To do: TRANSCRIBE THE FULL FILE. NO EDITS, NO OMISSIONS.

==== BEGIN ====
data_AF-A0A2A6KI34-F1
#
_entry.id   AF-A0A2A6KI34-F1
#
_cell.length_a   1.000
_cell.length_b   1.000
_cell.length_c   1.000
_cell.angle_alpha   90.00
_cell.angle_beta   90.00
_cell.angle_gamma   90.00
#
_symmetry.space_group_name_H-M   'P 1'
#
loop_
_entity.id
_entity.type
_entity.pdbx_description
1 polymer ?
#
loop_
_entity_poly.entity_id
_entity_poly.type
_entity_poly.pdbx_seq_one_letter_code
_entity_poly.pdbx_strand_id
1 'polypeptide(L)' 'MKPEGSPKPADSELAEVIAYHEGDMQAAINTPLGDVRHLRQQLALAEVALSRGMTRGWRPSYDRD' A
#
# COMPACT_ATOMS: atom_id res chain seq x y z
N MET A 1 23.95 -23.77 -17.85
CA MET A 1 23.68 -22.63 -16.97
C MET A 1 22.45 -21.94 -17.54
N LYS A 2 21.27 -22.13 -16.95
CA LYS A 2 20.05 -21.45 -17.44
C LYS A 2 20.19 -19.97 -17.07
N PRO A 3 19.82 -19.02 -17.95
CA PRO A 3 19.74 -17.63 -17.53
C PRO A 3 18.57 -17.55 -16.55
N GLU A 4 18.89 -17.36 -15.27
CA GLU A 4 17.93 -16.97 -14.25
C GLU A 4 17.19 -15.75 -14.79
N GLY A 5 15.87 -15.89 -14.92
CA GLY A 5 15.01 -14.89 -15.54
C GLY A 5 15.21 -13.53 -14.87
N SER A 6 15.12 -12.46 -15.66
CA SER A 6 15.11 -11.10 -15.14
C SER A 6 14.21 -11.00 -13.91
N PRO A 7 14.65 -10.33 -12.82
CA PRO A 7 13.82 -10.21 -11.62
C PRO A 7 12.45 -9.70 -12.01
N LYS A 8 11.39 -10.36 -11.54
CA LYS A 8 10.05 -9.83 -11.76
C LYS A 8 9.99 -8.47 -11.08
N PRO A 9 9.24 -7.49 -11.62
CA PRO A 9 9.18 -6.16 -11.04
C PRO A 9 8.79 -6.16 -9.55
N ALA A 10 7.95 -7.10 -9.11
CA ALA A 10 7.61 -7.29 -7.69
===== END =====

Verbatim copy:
data_AF-A0A2A6KI34-F1
#
_entry.id   AF-A0A2A6KI34-F1
#
_cell.length_a   1.000
_cell.length_b   1.000
_cell.length_c   1.000
_cell.angle_alpha   90.00
_cell.angle_beta   90.00
_cell.angle_gamma   90.00
#
_symmetry.space_group_name_H-M   'P 1'
#
loop_
_entity.id
_entity.type
_entity.pdbx_description
1 polymer ?
#
loop_
_entity_poly.entity_id
_entity_poly.type
_entity_poly.pdbx_seq_one_letter_code
_entity_poly.pdbx_strand_id
1 'polypeptide(L)' 'MKPEGSPKPADSELAEVIAYHEGDMQAAINTPLGDVRHLRQQLALAEVALSRGMTRGWRPSYDRD' A
#
# COMPACT_ATOMS: atom_id res chain seq x y z
N MET A 1 23.95 -23.77 -17.85
CA MET A 1 23.68 -22.63 -16.97
C MET A 1 22.45 -21.94 -17.54
N LYS A 2 21.27 -22.13 -16.95
CA LYS A 2 20.05 -21.45 -17.44
C LYS A 2 20.19 -19.97 -17.07
N PRO A 3 19.82 -19.02 -17.95
CA PRO A 3 19.74 -17.63 -17.53
C PRO A 3 18.57 -17.55 -16.55
N GLU A 4 18.89 -17.36 -15.27
CA GLU A 4 17.93 -16.97 -14.25
C GLU A 4 17.19 -15.75 -14.79
N GLY A 5 15.87 -15.89 -14.92
CA GLY A 5 15.01 -14.89 -15.54
C GLY A 5 15.21 -13.53 -14.87
N SER A 6 15.12 -12.46 -15.66
CA SER A 6 15.11 -11.10 -15.14
C SER A 6 14.21 -11.00 -13.91
N PRO A 7 14.65 -10.33 -12.82
CA PRO A 7 13.82 -10.21 -11.62
C PRO A 7 12.45 -9.70 -12.01
N LYS A 8 11.39 -10.36 -11.54
CA LYS A 8 10.05 -9.83 -11.76
C LYS A 8 9.99 -8.47 -11.08
N PRO A 9 9.24 -7.49 -11.62
CA PRO A 9 9.18 -6.16 -11.04
C PRO A 9 8.79 -6.16 -9.55
N ALA A 10 7.95 -7.10 -9.11
CA ALA A 10 7.61 -7.29 -7.69